This article analyzes struggles among women at the University of Chicago to rearticulate their role on campus in the 1960s and 1970s. In those years, feminist politics generated a controversy between female students and instructors who sought access to the university on their own terms and the faculty wives who proclaimed the value of their supportive labors. The wives argued that their unpaid work for their families and the university earned them a respected role on campus. Feminists countered that women should instead seek recognition as men’s peers. Administrators chafed against the new climate of women’s liberation. In the end, feminists won new access to academic jobs but were frustrated in their campaigns for more systemic changes. This partial success helped to remake the domestic labor that facilitates academic careers as a private concern, thus marginalizing the reproductive labor that still typically falls to women—even those who teach and study alongside of men.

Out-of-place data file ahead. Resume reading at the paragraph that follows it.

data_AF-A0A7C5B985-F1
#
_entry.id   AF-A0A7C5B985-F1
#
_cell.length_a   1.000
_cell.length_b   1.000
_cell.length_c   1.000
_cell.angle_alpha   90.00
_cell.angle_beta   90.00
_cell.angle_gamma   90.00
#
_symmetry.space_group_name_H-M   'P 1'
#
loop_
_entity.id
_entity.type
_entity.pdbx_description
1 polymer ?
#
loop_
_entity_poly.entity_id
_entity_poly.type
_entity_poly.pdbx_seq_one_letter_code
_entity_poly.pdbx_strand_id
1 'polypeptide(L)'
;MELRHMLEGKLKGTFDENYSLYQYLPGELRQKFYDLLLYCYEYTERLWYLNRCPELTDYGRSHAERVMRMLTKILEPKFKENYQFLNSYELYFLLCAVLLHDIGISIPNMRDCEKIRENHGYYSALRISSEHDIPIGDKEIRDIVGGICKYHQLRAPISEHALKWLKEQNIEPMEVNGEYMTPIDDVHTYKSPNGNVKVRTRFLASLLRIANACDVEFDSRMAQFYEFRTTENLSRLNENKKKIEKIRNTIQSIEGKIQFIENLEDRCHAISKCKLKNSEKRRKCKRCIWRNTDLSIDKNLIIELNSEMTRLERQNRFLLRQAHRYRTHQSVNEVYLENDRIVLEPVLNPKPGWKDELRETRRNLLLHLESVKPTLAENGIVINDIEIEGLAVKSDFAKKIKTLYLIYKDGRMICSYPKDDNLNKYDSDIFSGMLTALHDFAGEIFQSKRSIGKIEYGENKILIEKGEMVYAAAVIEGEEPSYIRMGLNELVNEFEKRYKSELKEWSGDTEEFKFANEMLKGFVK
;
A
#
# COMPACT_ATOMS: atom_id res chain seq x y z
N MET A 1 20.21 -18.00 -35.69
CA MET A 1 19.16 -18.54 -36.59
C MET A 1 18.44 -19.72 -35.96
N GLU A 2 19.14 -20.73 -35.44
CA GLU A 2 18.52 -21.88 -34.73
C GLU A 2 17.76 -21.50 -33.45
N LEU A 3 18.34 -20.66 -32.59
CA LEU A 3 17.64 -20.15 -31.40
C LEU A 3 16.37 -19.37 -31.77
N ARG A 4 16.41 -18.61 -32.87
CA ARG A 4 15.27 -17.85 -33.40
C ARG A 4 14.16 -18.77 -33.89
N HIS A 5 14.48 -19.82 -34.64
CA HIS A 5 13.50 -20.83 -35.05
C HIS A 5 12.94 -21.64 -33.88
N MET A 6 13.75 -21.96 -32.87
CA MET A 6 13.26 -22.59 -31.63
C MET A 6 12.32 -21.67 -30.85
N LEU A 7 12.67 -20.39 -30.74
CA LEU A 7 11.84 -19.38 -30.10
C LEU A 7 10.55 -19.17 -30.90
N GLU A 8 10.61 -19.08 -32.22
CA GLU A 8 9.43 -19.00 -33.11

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pp. 113-134
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